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Date and Time: 8:30 AM - 6:00 PM, December 8, 2018
Location: Room 517A, Palais des Congrès de Montréal, Montréal, Canada

Relational reasoning, i.e., learning and inference with relational data, is key to understanding how objects interact with each other and give rise to complex phenomena in the everyday world. Well-known applications include knowledge base completion and social network analysis. Although many relational datasets are available, integrating them directly into modern machine learning algorithms and systems that rely on continuous, gradient-based optimization and make strong i.i.d. assumptions is challenging. Relational representation learning has the potential to overcome these obstacles: it enables the fusion of recent advancements like deep learning and relational reasoning to learn from high-dimensional data. Success of such methods can facilitate novel applications of relational reasoning in areas such as scene understanding, visual question-answering, understanding chemical and biological processes, program synthesis and analysis, decision-making in multi-agent systems and many others.

How should we rethink classical representation learning theory for relational representations? Classical approaches based on dimensionality reduction techniques such as isoMap and spectral decompositions still serve as strong baselines and are slowly paving the way for modern methods in relational representation learning based on random walks over graphs, message-passing in neural networks, group-invariant deep architectures etc. amongst many others. How can systems be designed and potentially deployed for large scale representation learning? What are promising avenues, beyond traditional applications like knowledge base and social network analysis, that can benefit from relational representation learning?

This workshop aims to bring together researchers from both academia and industry interested in addressing various aspects of representation learning for relational reasoning.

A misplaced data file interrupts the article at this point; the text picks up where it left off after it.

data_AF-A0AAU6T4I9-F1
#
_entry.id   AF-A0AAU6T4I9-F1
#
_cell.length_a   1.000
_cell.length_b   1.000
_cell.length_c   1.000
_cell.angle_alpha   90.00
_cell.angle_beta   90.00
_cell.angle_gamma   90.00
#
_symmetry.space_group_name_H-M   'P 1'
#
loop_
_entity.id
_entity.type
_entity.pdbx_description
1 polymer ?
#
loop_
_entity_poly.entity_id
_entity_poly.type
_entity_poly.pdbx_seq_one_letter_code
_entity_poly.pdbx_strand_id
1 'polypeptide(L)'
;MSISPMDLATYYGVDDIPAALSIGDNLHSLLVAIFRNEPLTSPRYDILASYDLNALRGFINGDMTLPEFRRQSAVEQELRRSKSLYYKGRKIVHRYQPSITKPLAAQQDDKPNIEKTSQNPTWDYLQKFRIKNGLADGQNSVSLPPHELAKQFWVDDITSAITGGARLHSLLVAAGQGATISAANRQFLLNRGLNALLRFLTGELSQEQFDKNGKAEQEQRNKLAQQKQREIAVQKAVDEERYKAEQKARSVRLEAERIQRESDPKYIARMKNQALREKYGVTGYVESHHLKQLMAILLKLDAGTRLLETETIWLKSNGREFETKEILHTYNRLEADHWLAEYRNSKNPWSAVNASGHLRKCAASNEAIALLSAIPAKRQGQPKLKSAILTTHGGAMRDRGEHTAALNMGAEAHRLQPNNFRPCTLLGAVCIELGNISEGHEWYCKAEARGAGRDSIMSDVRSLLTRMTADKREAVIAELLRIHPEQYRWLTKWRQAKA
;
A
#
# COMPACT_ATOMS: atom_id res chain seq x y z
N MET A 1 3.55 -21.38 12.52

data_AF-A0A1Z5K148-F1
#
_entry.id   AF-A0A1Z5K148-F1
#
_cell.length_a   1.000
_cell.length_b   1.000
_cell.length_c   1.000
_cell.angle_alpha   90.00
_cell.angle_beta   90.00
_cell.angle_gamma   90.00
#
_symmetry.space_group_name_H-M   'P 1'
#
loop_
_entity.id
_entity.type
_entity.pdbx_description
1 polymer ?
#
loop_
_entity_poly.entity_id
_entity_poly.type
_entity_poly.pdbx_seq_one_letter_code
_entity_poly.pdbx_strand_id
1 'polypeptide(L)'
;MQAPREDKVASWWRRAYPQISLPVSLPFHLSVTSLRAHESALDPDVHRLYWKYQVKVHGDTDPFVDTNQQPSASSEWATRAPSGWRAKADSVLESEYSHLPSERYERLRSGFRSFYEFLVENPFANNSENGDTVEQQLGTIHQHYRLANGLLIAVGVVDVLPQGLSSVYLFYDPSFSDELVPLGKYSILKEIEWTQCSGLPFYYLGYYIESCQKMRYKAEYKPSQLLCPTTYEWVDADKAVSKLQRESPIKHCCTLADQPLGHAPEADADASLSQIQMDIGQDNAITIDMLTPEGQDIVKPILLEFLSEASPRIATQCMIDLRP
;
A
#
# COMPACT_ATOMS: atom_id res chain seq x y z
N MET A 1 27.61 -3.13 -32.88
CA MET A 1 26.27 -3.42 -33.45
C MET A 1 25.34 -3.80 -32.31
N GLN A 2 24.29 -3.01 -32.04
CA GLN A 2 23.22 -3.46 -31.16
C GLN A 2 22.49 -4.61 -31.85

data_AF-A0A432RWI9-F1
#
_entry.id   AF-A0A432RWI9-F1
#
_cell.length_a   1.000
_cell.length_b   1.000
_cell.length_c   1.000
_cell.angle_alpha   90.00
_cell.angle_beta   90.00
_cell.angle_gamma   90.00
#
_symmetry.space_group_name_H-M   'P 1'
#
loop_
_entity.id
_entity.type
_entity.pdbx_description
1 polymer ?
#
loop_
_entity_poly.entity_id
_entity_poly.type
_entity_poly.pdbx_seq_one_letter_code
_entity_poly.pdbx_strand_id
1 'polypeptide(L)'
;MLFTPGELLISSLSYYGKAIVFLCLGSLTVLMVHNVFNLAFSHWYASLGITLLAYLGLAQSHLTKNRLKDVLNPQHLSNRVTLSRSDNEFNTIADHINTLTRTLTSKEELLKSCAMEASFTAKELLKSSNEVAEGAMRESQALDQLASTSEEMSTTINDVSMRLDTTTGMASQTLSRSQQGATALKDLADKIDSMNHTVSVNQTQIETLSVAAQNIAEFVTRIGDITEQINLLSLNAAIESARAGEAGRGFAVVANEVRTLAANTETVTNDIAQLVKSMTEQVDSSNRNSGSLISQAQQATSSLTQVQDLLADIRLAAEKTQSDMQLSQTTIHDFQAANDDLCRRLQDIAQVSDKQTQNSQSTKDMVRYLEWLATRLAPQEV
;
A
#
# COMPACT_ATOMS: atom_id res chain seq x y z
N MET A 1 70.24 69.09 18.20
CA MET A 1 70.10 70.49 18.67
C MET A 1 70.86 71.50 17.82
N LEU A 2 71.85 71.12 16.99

Invited Speakers & Panelists

Joan Bruna, New York University
Pedro Domingos, University of Washington
Lise Getoor, University of California, Santa Cruz
Timothy Lillicrap, Google Deepmind
Marina Meila, University of Washington
Maximilian Nickel, Facebook Artificial Intelligence Research

Aditya Grover, Stanford University
William Hamilton, McGill/Facebook Artificial Intelligence Research
Jessica Hamrick, Google Deepmind
Thomas Kipf, University of Amsterdam
Paroma Varma, Stanford University
Marinka Zitnik, Stanford University


Time Event
8:30-8:45 AM                 Welcome
8:45-9:00 AM Contributed Talk: Charlotte Bunne
Learning Generative Models across Incomparable Spaces
9:00-9:30 AM Invited Talk: Marina Meila
Measuring robustness from a single graph
9:30-9:45 AM Contributed Talk: Lingfei Wu
From Node Embedding to Graph Embedding: Scalable Global Graph Kernel via Random Features
9:45-10:15 AM Invited Talk: Timothy Lillicrap
Inductive Biases for Relational Representation and Learning
10:15-10:30 AM Poster Spotlights Talks
10:30-11:00 AM Coffee Break + Poster Session 1
11:00-11:30 AM Invited Talk: Joan Bruna
Community Detection with Non-backtracking Graph Neural Networks
11:30-11:45 AM Contributed Talk: Yunsheng Bai
Convolutional Set Matching for Graph Similarity
11:45-12:15 PM Invited Talk: Maximilian Nickel
Geometric Representation Learning in Relational Domains
12:15-2:00 PM Lunch
2:00-2:30 PM Invited Talk: Lise Getoor
The Power of Structure: Exploiting Relationships for Representation Learning
2:30-2:45 PM Contributed Talk: Robert Csordas
Improved Addressing in the Differentiable Neural Computer
2:45-3:00 PM Poster Spotlight Talks
3:00-3:30 PM Coffee Break + Poster Session 2
3:30-4:00 PM Invited Talk: Pedro Domingos
The Power of Objects and Relations in Deep Reinforcement Learning
4:00-4:45 PM Panel
Moderator: Paroma Varma
Panelists: Aditya Grover, William Hamilton, Jessica Hamrick, Thomas Kipf, Marinka Zitnik
4:45-5:45 PM Poster Session
5:45-6:00 PM Awards + Closing Remarks


Aditya Grover, Stanford University
Paroma Varma, Stanford University
Fred Sala, Stanford University
Steven Holtzen, University of California, Los Angeles
Jennifer Neville, Purdue University
Stefano Ermon, Stanford University
Christopher Ré, Stanford University


Accepted Papers

Program Committee